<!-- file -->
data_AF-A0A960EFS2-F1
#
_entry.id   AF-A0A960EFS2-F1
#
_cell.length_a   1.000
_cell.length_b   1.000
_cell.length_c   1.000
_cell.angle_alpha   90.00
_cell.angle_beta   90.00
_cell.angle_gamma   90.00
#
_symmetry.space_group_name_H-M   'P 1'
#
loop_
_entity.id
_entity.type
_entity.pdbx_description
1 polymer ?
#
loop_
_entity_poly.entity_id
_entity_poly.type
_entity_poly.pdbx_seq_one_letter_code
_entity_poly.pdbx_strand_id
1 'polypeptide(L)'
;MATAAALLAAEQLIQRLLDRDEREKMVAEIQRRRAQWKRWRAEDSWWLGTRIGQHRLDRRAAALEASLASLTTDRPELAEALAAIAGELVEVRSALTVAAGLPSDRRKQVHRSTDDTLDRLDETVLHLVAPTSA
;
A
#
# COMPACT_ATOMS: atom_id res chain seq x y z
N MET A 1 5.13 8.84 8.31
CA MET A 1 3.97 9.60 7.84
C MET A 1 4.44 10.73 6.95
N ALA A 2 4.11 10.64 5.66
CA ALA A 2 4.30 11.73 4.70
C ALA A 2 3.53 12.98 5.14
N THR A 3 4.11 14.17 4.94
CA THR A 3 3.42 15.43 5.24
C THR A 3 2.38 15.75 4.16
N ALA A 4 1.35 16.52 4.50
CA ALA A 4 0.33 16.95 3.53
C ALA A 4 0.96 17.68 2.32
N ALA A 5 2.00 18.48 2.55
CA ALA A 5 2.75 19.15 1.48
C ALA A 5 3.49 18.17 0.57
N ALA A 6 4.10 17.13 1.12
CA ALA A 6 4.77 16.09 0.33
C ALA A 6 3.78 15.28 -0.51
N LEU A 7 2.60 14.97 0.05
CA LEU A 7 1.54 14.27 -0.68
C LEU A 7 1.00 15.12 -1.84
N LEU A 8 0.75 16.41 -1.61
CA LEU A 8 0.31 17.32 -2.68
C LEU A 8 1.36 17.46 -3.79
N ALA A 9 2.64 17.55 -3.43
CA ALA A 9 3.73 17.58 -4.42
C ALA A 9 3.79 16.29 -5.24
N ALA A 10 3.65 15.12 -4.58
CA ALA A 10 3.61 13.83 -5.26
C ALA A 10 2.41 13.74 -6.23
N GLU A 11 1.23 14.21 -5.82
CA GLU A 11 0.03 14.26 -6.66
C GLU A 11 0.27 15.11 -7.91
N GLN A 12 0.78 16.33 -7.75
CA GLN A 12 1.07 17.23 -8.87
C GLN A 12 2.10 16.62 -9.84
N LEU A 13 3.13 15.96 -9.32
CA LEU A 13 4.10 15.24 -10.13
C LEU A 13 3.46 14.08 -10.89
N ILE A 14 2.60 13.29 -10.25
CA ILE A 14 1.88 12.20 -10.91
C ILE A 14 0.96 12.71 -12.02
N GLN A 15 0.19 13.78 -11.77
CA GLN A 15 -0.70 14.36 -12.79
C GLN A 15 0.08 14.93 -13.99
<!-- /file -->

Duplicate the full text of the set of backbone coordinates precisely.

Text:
data_AF-A0A960EFS2-F1
#
_entry.id   AF-A0A960EFS2-F1
#
_cell.length_a   1.000
_cell.length_b   1.000
_cell.length_c   1.000
_cell.angle_alpha   90.00
_cell.angle_beta   90.00
_cell.angle_gamma   90.00
#
_symmetry.space_group_name_H-M   'P 1'
#
loop_
_entity.id
_entity.type
_entity.pdbx_description
1 polymer ?
#
loop_
_entity_poly.entity_id
_entity_poly.type
_entity_poly.pdbx_seq_one_letter_code
_entity_poly.pdbx_strand_id
1 'polypeptide(L)'
;MATAAALLAAEQLIQRLLDRDEREKMVAEIQRRRAQWKRWRAEDSWWLGTRIGQHRLDRRAAALEASLASLTTDRPELAEALAAIAGELVEVRSALTVAAGLPSDRRKQVHRSTDDTLDRLDETVLHLVAPTSA
;
A
#
# COMPACT_ATOMS: atom_id res chain seq x y z
N MET A 1 5.13 8.84 8.31
CA MET A 1 3.97 9.60 7.84
C MET A 1 4.44 10.73 6.95
N ALA A 2 4.11 10.64 5.66
CA ALA A 2 4.30 11.73 4.70
C ALA A 2 3.53 12.98 5.14
N THR A 3 4.11 14.17 4.94
CA THR A 3 3.42 15.43 5.24
C THR A 3 2.38 15.75 4.16
N ALA A 4 1.35 16.52 4.50
CA ALA A 4 0.33 16.95 3.53
C ALA A 4 0.96 17.68 2.32
N ALA A 5 2.00 18.48 2.55
CA ALA A 5 2.75 19.15 1.48
C ALA A 5 3.49 18.17 0.57
N ALA A 6 4.10 17.13 1.12
CA ALA A 6 4.77 16.09 0.33
C ALA A 6 3.78 15.28 -0.51
N LEU A 7 2.60 14.97 0.05
CA LEU A 7 1.54 14.27 -0.68
C LEU A 7 1.00 15.12 -1.84
N LEU A 8 0.75 16.41 -1.61
CA LEU A 8 0.31 17.32 -2.68
C LEU A 8 1.36 17.46 -3.79
N ALA A 9 2.64 17.55 -3.43
CA ALA A 9 3.73 17.58 -4.42
C ALA A 9 3.79 16.29 -5.24
N ALA A 10 3.65 15.12 -4.58
CA ALA A 10 3.61 13.83 -5.26
C ALA A 10 2.41 13.74 -6.23
N GLU A 11 1.23 14.21 -5.82
CA GLU A 11 0.03 14.26 -6.66
C GLU A 11 0.27 15.11 -7.91
N GLN A 12 0.78 16.33 -7.75
CA GLN A 12 1.07 17.23 -8.87
C GLN A 12 2.10 16.62 -9.84
N LEU A 13 3.13 15.96 -9.32
CA LEU A 13 4.10 15.24 -10.13
C LEU A 13 3.46 14.08 -10.89
N ILE A 14 2.60 13.29 -10.25
CA ILE A 14 1.88 12.20 -10.91
C ILE A 14 0.96 12.71 -12.02
N GLN A 15 0.19 13.78 -11.77
CA GLN A 15 -0.70 14.36 -12.79
C GLN A 15 0.08 14.93 -13.99